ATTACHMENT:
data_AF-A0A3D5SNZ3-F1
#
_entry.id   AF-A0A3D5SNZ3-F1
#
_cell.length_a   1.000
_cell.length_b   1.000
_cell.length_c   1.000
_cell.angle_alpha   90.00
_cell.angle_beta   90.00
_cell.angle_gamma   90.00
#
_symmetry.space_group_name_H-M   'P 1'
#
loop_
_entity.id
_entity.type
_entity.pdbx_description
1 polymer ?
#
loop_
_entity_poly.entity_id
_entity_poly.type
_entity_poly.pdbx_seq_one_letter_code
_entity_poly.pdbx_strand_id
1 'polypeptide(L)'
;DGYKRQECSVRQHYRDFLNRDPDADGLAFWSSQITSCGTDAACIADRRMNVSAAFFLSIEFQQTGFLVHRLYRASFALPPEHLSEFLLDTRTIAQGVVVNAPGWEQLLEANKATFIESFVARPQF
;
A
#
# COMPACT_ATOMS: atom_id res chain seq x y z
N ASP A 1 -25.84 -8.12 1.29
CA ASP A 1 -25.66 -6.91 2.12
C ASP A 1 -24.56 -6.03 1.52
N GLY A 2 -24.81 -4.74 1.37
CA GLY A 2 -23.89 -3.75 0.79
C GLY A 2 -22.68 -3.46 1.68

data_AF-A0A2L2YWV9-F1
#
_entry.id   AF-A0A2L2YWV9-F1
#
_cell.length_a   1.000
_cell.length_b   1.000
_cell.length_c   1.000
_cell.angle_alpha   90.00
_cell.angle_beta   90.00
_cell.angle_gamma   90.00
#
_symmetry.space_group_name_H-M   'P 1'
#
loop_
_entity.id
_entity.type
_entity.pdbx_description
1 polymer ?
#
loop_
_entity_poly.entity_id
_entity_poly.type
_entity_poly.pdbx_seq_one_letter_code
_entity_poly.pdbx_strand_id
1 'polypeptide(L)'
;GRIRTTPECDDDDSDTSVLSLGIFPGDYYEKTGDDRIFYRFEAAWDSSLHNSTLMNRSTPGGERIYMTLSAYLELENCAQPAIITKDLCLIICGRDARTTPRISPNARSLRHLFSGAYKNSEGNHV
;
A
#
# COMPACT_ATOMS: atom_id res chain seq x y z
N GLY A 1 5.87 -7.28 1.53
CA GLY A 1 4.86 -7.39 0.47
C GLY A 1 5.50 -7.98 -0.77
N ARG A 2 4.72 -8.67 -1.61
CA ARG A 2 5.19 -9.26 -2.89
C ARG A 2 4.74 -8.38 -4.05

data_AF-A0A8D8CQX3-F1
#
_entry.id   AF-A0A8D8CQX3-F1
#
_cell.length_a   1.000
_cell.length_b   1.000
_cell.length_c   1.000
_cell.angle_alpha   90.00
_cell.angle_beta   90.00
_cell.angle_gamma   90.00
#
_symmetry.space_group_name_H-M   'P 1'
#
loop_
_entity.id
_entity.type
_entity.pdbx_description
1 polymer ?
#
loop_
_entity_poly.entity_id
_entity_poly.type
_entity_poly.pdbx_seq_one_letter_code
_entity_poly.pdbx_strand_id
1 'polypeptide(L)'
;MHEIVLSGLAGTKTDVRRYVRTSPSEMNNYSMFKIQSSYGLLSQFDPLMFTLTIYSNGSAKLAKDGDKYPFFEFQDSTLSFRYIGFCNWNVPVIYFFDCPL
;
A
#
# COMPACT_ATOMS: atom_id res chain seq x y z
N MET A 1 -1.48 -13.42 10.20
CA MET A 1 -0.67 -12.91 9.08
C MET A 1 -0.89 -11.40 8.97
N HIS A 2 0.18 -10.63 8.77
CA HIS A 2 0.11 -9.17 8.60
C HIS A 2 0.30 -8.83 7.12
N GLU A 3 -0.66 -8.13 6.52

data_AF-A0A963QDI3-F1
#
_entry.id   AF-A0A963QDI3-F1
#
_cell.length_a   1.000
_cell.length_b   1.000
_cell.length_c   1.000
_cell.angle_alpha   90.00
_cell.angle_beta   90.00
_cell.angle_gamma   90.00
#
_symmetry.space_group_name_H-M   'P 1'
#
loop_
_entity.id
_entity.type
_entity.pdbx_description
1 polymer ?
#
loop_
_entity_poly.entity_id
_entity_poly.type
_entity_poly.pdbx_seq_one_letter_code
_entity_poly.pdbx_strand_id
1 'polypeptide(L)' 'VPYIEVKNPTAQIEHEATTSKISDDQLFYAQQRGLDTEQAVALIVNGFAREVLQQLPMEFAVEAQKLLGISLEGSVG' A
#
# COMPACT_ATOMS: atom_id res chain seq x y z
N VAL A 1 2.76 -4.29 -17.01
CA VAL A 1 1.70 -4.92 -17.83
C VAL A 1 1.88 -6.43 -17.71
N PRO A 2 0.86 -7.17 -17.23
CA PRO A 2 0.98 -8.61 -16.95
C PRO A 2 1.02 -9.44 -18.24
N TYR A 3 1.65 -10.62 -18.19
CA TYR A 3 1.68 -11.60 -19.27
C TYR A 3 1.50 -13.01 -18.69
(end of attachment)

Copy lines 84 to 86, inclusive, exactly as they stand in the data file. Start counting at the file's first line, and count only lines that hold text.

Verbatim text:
_symmetry.space_group_name_H-M   'P 1'
#
loop_